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Union Bill May Be Dead

(CBS/AP)
The so-called "card check" bill, which could revitalize the U.S. labor movement, was delivered a "death blow" today, in the words of the Hill, when Sen. Arlen Specter announced that he would oppose the legislation.

We broke down the battle between labor and business over card check, which would make it far easier for employees to form unions, here. The reason Specter's opposition is such a blow is that he was the only Republican thought to be considering backing the legislation; without him, Democrats likely cannot get the 60 votes needed to avoid a filibuster. Specter was the only Republican to back the bill last time it was introduced.

Pro-business groups have been aggressively lobbying to stop the bill, formally known as the Employee Free Choice Act, and they quickly released statements applauding Specter's decision.

"Sen. Specter should be applauded for opposing this legislation which would have effectively eliminated secret ballots and cost our already weak economy countless more jobs," said J. Justin Wilson, managing director of the Employee Freedom Action Committee.

The Workforce Fairness Institute and the Coalition For a Democratic Workplace, both business-backed groups, also applauded the decision, as did the National Association of Manufacturers and Associated Builders and Contractors.

It should be noted that card check backers say the legislation keeps the secret ballot option open. American Rights At Work, a labor-backed group, called Specter's announcement "inconsistent with his own record of support for working people."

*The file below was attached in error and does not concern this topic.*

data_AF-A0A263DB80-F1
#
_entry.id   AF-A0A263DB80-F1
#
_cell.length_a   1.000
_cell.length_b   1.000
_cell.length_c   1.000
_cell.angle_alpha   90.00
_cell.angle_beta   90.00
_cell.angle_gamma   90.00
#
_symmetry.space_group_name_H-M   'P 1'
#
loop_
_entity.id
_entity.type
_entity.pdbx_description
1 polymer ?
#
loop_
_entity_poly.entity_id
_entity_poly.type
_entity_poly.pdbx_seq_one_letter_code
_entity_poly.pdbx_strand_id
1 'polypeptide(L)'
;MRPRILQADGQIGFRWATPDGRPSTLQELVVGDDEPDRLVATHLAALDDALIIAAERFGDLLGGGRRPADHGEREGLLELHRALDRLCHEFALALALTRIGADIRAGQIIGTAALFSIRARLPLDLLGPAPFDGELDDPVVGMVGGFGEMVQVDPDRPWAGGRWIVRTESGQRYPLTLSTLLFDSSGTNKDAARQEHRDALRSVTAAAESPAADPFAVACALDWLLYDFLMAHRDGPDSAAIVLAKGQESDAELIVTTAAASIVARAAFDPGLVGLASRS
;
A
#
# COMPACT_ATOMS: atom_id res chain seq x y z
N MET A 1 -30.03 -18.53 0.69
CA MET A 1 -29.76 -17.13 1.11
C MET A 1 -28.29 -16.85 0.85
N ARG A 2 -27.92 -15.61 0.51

Specter's statement is here; he noted the battle over the bill "has been the most heavily lobbied issue I can recall."

Specter said his main problem with the legislation is "the elimination of the secret ballot which is the cornerstone of how contests are decided in a democratic society."

He added that the recession is a "particularly bad time" to introduce the bill, as "employers understandably complain that adding a burden would result in further job losses."

The decision may help Specter win support from conservatives and business interests in next year's closed Republican primary in Pennsylvania. One of the few Republicans to support the stimulus package, Specter is facing a tough challenge in the state from conservative Pat Toomey.

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